VOD film review: Man Down
Ivan Radford | On 01, Apr 2017Reading time: 2 mins
Director: Dito Montiel
Cast: Shia LaBeouf, Jai Courtney, Gary Oldman, Kate Mara
Watch Man Down online in the UK: Amazon Prime / iTunes / Prime Video (Buy/Rent) / TalkTalk TV / Rakuten TV / Google Play
Shia LaBeouf is a great actor. While his eccentric off-screen antics and time in Transformers are often the subject of people’s attention, his brooding, charismatic turns in American Honey and Fury (not to mention the Rob Cantor music video Shia LaBeouf) have revealed him as someone who could be the next Marlon Brando, maturing into a performer of real substance and depth. Man Down is proof once more of his serious chops. That, however, doesn’t mean the film is any good.
Shia plays Gabriel Drummer, a marine who returns home from Afghanistan only to find that the USA has been turned into a post-apocalyptic wasteland. And so he does the natural thing and searches for his wife, Natalie (Kate Mara), and son, Jonathan (Charlie Shotwell). He’s helped in his efforts by BFF Dev (Jai Courtney), a quest that’s intercut with an interview between Gabriel and a military therapist (Gary Oldman).
The back-and-forth structure is intended to build up both suspense and emotion, as we reach a dramatic climax, but the whole thing unravels the longer it goes on. Director Dito Montiel, who worked with LaBeouf on A Guide to Recognising Your Sants, and also helmed the excellent Fighting, starring a young Channing Tatum, draws an impressively intense performance from his lead. He also manages the jump from Drummer’s softly-lit dream domestic life to the dark, bleak landscape of the home he’s returned to with striking juxtaposition.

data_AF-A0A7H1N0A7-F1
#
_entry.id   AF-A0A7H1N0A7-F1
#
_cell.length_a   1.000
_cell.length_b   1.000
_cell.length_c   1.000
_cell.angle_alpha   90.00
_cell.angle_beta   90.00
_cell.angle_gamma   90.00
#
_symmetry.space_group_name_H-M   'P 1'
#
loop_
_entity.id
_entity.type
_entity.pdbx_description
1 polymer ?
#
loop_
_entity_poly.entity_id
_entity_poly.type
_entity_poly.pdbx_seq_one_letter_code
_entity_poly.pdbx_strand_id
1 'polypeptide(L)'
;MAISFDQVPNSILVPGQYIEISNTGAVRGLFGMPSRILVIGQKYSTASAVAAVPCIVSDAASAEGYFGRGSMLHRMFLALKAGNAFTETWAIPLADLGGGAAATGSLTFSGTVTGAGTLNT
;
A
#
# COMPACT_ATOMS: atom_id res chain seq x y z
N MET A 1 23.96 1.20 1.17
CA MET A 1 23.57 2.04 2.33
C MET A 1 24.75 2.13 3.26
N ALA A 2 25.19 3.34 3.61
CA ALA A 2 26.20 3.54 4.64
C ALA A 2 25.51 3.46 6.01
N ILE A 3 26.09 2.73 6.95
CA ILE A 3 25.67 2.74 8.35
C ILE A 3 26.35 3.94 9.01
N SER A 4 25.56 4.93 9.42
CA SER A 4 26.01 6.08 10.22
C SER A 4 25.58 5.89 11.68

But rather than trust LaBeouf to bring the depth and nuance needed without words, Adam G. Simon’s script overplays everything. At the same time, he’s determined to hold back as much information as possible to manufacture twists and turns where a straight, chronological telling of Gabriel’s story would be more effective. The result is a haze of heavy-handed metaphors, unsubtle PTSD and a title that feels increasingly manipulative.
Man Down is available to watch online on Amazon Prime Video as part of a £5.99 monthly subscription.